As a man with no real concept of a consistent career path or even really an awareness of things that I’m good at, I’ve often pondered a life as a professional truck-person. It seems like a gig I’d enjoy, considering my affinities for driving, working alone, and listening to the radio. If there’s any one thing discouraging me from this pursuit, it’s the sheer anxiety that hits me whenever I think about having to navigate the roads with such a massive and unwieldy vehicle; being careful to take those huge wide turns without hitting several pedestrians. Perhaps this is unfounded, though my time with American Truck Simulator would prove otherwise.
I’m not really sure what I expected when I booted the game up, but having the word “Simulator” in your title these days gives me a bit of reason for concern, as that tends to imply some sort of half-finished Youtube bait with wacky physics in place of actual honest-to-goodness simulation of a real world event.
Then it took me five minutes to figure out how to turn my engine on and I decided that American Truck Simulator was a-okay.
If anything, I found the experience veering too far in the other direction, at first, taking the role of the long-haul trucker very seriously. I learned this the hard way upon running my first red light, and then again when daring to exceed 55 MPH on a Nevada highway. I was expected to be law-abiding and careful, as if this were real or something. American Truck Simulator, played as intended, is uneventful, even downright boring at times, yet I couldn’t stop playing it. Why? Was my desire to finish my podcast backlog so strong that I simply tolerated any stimulation on offer? I thought about that for a while, slowly building up my trucking business and proving myself worthy of hauling increasingly more dangerous explosives across the west coast.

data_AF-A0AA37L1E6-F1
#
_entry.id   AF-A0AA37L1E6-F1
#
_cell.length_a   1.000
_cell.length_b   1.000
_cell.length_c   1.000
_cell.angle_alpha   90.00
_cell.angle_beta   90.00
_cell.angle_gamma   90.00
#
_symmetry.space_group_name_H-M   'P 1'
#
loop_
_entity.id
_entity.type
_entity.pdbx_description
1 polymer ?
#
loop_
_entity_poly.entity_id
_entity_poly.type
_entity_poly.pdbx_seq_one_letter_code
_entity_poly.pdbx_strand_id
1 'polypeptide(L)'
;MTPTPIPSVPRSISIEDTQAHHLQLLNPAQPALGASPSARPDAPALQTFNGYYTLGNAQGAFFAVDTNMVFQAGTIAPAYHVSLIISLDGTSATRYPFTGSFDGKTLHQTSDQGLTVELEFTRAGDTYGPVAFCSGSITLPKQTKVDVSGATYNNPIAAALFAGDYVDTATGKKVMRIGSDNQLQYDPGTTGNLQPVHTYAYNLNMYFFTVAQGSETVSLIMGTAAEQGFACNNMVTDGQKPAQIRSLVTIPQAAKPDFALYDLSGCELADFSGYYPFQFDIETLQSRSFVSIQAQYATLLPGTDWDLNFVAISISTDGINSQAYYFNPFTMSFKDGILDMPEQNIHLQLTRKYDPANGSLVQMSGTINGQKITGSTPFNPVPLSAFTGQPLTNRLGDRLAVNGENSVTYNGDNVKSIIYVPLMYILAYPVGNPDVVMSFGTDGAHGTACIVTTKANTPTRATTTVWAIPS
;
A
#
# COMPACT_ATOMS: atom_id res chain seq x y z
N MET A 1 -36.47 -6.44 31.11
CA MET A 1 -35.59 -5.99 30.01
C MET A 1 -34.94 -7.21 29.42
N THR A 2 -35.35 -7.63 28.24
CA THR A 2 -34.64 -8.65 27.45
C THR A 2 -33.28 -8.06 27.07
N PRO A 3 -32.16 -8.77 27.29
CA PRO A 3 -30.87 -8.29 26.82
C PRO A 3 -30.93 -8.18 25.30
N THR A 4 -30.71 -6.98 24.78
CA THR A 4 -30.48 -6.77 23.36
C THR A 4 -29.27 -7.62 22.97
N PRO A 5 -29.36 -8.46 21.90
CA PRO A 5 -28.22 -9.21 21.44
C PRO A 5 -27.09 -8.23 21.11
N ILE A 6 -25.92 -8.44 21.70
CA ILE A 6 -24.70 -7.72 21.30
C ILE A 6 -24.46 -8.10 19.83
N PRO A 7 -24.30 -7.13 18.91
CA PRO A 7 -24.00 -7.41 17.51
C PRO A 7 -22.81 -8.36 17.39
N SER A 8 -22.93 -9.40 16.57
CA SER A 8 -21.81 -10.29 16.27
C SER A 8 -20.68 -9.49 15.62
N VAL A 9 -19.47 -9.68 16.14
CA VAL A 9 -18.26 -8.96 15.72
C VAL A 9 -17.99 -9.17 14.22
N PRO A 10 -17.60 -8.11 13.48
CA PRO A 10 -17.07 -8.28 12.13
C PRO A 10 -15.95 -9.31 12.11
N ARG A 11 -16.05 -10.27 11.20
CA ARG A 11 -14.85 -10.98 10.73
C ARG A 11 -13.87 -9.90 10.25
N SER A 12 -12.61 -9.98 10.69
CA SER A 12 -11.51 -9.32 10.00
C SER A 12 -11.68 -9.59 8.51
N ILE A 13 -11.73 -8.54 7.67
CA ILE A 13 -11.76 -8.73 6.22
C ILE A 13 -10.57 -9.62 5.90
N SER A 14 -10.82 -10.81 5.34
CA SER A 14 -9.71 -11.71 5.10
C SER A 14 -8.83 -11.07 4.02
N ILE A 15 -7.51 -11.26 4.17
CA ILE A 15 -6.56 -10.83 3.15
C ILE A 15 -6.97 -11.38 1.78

While, indeed, there was something quite thrilling about speeding down the streets of Sacremento with enough caustic material to blow up all of Gotham, I also came to realize that I enjoyed the quiet simplicity of it all. Go to a job, get the load, spend 20-30 minutes hauling it to wherever, then repeat, broken up only by the occasional rest or gas stop. I stopped for traffic lights. I signaled to my fellow drivers. I made sure to stay at a reasonable speed so as not to endanger anyone else on the road. After breaking so many game worlds, American Truck Simulator offered me structure, which in and of itself became novel. Unlike most games, the rewards don’t stem from chaos, but from good, honest, unstimulating work. Not only did I come back time and time again, but after hours and hours of life on the road, I found myself caring about my trucking business and the future growth opportunities. Sure, it may be fun to spin out and flip a trailer, but then I’d undo all of that goodwill I’ve but into my personal truck brand.
Also, I can’t afford to take out another loan from the bank. There was this whole thing involving a three way stop. It’s a long story.